Basis of Roman success as an imperial power According to Virgil, Rome conquered other nations after its founding in 753 BC. During this period, several powerful kings had ruled and the last monarch had just been dismissed. A more established and representative government that was referred to as the roman republic had been established. In the period that the government reigned Rome expanded from a small community into the Mediterranean power (Steele).
The roman military embarked on warfare that led to an enormous achievement. They conquered numerous provinces that led to accumulation of wealth that transformed the romans themselves. This imperialism brought about extremes of wealth and poverty that widened the social and economic gap that existed in the state (Steele). The slaves that had been acquired during the warfare helped a great deal in transforming the country side as they provided manpower that made small farms to give way to large plantations. They worked in the plantations thus resulting to the agricultural improvements that resulted in the state.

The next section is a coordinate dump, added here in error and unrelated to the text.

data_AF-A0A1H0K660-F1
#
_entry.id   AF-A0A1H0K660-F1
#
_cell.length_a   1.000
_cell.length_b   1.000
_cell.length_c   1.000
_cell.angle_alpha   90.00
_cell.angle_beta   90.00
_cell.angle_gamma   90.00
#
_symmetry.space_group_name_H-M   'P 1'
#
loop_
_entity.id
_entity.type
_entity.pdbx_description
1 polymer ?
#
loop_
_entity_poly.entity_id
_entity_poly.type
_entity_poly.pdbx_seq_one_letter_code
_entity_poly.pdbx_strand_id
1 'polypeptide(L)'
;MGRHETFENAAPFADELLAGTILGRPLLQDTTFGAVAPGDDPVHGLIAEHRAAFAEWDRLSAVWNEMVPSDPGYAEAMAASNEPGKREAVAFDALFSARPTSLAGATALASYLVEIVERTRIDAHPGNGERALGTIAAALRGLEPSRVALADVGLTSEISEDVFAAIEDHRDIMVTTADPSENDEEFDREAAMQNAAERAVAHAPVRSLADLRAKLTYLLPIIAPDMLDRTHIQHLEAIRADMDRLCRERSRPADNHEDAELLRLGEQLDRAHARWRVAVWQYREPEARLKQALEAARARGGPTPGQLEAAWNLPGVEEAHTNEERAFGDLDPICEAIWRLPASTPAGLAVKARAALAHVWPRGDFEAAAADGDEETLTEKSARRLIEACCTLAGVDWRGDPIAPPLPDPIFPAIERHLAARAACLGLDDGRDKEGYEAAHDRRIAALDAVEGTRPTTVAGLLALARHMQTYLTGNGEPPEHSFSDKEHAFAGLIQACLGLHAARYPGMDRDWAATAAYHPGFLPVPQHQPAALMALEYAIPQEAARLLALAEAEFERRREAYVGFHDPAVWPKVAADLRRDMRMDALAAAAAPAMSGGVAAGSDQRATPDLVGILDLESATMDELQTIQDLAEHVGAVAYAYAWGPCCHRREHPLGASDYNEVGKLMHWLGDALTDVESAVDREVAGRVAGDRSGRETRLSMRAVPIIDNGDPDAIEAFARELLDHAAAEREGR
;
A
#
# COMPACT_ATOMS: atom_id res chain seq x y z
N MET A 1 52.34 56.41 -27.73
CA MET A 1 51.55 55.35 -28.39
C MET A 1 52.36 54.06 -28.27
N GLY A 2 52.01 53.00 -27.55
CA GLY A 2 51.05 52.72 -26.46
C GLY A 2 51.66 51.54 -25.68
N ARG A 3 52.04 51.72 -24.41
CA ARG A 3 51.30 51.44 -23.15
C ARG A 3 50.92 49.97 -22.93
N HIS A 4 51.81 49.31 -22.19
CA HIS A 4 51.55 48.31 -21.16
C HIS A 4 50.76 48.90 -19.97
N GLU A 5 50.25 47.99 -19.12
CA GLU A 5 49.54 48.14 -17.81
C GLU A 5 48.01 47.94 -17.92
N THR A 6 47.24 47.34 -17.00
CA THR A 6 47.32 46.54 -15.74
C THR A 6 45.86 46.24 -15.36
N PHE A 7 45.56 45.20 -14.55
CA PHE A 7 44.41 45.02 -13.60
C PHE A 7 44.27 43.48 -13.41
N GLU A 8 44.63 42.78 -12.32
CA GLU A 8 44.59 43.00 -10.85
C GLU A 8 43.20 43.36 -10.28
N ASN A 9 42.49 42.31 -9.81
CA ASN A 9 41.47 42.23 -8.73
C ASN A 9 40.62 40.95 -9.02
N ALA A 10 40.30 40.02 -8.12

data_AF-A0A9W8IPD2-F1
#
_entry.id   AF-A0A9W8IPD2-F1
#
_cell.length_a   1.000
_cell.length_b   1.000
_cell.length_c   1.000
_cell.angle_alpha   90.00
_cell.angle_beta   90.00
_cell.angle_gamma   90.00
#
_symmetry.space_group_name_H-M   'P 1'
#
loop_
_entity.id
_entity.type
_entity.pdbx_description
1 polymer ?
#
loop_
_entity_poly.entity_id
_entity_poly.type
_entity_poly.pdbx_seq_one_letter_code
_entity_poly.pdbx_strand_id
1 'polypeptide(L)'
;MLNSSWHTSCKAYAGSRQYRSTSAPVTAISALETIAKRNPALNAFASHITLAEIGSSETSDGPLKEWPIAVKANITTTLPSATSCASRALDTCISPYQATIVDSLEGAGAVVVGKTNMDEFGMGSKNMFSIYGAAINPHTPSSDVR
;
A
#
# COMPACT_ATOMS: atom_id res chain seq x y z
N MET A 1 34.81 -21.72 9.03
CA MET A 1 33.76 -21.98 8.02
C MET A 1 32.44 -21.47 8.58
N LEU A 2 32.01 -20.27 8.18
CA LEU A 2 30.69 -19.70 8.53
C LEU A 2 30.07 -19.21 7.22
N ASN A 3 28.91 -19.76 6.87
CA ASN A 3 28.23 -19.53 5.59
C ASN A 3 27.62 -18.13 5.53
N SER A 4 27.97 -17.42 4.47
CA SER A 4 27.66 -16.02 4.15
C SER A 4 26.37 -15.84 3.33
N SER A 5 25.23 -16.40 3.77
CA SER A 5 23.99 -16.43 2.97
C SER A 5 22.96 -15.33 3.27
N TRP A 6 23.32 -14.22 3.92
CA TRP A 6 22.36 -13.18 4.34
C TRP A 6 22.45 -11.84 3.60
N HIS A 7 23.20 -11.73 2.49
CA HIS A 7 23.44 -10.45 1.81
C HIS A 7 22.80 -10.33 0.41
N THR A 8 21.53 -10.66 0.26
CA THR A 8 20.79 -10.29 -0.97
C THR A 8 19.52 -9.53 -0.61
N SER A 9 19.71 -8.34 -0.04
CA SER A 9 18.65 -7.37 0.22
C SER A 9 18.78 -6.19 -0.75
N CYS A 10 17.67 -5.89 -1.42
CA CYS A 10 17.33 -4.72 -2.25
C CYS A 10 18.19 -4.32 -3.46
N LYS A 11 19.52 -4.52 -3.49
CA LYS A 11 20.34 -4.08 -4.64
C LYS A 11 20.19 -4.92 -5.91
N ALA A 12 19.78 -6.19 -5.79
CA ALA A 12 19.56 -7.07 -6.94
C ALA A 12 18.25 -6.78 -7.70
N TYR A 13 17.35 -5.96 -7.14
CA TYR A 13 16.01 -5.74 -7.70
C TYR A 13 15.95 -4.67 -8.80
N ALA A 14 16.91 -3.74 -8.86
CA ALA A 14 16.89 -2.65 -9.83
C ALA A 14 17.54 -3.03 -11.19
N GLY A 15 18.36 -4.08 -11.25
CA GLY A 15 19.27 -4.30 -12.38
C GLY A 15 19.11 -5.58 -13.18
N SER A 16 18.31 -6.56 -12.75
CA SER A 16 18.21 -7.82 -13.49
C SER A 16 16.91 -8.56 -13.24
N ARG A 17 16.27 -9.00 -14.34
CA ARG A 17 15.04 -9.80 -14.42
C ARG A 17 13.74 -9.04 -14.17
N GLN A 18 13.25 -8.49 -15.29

This consequently made the landless crofters to move to Rome and the neighboring cities (Steele). The nobles were noted to struggle for personal domination instead of honoring the collective rule. This wealth was further viewed as having corrupted the once noble leaders. Virgil then concluded that farming was the basis of Roman success as an imperial power. This is so because the territorial conquest had permitted land use reforms that results in agricultural surplus. This improved the overall economies throughout the province and across the provincial borders. At that time, their economic growth was greater than most of other economies before industrialization period.
Work Cited
Steele, Philip. The Roman Empire. New York: Rosen Pub, 2009.

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